Morton’s Syndrome


The 1st metatarsal bone (bone in the big toe) is genetically short and cannot provide adequate stability for the foot. Consequently, the 2nd metatarsal (located in the second toe) bone is forced to bear additional pressure. At toe-off, the arch and ankle often roll down and inward until the short 1st metatarsal contacts the ground.


The most common symptoms associated with Morton’s syndrome include:

  • Recurrent callousing and constant tenderness under the ball of the foot (2nd toe ball joint), also called metatarsalgia.
  • Aggressive joint pain both in the 2nd ball joint and mid-arch.
  • Heel pain (plantar fasciitis) or aching calves (shin splints).
  • Ankle, knee, hip pain as joint alignment in these areas are dependent upon the foot for stability.

The most common causes of Morton’s syndrome include:

  • A congenital condition that is prevalent among 18% to 28% of the population.
  • Post-operative bunion surgery can leave the 1st metatarsal bone in a shortened position.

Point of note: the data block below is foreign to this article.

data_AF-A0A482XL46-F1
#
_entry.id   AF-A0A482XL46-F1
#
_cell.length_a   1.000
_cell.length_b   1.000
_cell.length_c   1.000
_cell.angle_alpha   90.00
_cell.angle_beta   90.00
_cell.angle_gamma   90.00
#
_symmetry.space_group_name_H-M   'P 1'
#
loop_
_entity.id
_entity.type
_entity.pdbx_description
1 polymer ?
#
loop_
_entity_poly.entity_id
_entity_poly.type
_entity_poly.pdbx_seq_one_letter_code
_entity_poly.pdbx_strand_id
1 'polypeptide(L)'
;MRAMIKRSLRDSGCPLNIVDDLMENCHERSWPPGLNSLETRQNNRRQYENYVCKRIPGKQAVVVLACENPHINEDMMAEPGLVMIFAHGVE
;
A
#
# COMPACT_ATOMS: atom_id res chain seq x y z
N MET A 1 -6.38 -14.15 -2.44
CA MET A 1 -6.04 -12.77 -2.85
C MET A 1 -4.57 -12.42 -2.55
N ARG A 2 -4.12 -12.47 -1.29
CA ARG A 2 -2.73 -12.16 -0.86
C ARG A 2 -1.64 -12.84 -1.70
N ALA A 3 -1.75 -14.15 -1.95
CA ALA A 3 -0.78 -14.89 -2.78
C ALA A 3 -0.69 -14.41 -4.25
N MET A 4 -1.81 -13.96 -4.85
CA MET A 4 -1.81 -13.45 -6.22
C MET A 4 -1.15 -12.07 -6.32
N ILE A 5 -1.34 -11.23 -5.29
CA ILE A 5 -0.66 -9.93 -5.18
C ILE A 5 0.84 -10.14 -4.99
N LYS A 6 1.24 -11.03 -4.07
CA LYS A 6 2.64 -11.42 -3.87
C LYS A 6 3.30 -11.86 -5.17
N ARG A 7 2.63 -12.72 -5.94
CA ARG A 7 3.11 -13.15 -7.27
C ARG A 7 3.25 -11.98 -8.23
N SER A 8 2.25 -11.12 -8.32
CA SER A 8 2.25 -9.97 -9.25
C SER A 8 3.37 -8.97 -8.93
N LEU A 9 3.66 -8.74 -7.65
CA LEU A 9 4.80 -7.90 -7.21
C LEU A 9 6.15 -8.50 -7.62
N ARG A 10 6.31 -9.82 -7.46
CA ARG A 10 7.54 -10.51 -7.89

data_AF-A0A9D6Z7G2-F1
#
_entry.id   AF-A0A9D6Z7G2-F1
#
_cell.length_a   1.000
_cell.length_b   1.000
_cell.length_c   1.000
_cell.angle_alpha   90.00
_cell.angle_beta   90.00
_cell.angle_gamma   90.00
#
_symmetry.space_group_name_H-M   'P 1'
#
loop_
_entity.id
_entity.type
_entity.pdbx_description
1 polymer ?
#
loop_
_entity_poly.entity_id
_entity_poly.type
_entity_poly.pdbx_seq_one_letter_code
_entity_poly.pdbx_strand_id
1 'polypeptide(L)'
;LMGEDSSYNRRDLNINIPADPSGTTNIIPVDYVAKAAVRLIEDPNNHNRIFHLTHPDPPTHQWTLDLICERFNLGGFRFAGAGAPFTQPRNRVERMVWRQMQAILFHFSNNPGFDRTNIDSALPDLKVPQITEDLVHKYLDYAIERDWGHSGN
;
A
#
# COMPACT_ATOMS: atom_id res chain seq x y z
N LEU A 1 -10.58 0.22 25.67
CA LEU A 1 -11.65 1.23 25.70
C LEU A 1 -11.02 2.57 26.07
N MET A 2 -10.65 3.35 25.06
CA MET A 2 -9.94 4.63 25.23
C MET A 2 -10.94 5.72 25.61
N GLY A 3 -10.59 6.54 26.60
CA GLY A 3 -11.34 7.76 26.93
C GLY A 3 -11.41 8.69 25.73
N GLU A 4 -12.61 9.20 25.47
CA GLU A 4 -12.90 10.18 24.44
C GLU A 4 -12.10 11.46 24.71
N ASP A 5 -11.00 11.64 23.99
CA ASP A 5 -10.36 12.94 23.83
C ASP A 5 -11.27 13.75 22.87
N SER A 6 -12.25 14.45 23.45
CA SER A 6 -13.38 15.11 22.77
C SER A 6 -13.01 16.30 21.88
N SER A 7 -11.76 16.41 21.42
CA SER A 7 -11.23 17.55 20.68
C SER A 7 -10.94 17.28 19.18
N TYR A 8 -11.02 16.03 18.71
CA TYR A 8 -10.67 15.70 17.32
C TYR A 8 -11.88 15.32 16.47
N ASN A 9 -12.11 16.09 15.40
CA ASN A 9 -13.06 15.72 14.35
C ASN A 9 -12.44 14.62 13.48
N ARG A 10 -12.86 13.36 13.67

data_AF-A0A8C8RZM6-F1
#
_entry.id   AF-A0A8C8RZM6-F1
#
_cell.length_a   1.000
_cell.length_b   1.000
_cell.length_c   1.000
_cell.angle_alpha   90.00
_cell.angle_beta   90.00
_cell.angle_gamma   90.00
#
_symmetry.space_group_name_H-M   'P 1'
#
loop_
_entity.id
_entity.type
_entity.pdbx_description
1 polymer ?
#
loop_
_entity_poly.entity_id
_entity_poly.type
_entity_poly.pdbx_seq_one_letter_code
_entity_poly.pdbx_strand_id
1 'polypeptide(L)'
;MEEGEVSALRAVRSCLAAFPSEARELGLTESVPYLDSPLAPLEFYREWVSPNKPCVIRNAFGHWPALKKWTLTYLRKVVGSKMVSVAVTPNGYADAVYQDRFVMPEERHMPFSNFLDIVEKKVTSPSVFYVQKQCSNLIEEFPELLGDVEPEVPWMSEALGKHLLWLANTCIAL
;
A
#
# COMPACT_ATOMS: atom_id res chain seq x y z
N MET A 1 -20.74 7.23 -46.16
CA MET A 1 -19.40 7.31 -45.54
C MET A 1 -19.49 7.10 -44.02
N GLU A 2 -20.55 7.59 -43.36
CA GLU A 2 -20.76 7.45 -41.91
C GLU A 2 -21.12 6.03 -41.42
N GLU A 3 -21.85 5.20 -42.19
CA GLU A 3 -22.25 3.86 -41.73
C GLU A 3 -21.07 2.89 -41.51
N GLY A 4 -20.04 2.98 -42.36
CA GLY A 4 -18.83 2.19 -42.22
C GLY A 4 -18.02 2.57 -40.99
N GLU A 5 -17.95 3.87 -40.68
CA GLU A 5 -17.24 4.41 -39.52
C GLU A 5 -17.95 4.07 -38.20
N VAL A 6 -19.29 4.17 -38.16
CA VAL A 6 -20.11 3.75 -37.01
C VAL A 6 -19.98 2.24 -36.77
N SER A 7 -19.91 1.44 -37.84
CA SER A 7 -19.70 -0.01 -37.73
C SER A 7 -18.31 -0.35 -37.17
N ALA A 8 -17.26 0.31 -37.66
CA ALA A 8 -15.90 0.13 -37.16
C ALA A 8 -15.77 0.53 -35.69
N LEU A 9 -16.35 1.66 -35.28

Orthotics (Orthoses) – Must be prescribed by a physician

Custom made orthotics support the skeleton and soft tissues in the correct position. Orthotics are a long-term solution to prevent reoccurrence by controlling and / or correcting the mechanics that cause the problem. Orthotics for Morton’s syndrome may include:

  • Thickening the orthotics under the first metatarsal head for more advanced cases.
  • A hollowing under the first metatarsal head.
  • Excavation under the 2nd metatarsal head to relieve pressure as needed.
  • Prominent metatarsal pad or bar to lift and separate metatarsal heads.



Footwear including therapeutic and orthopaedic shoes are integral to the treatment process. Certified Pedorthists are trained to fit patients with appropriate footwear. BioPed offers many types of footwear into which an orthotic device may be placed or worn alone.


Footwear for Morton’s syndrome is sized according to the length of the longer second toe and may have any of the following characteristics:

  • Forefoot rocker sole – a must for chronic forefoot conditions. Off-the-shelf therapeutic footwear with a rocker can minimize the metatarsal joint bending and plantar pressure.


Modifications to footwear are also available at the discretion of the Pedorthist.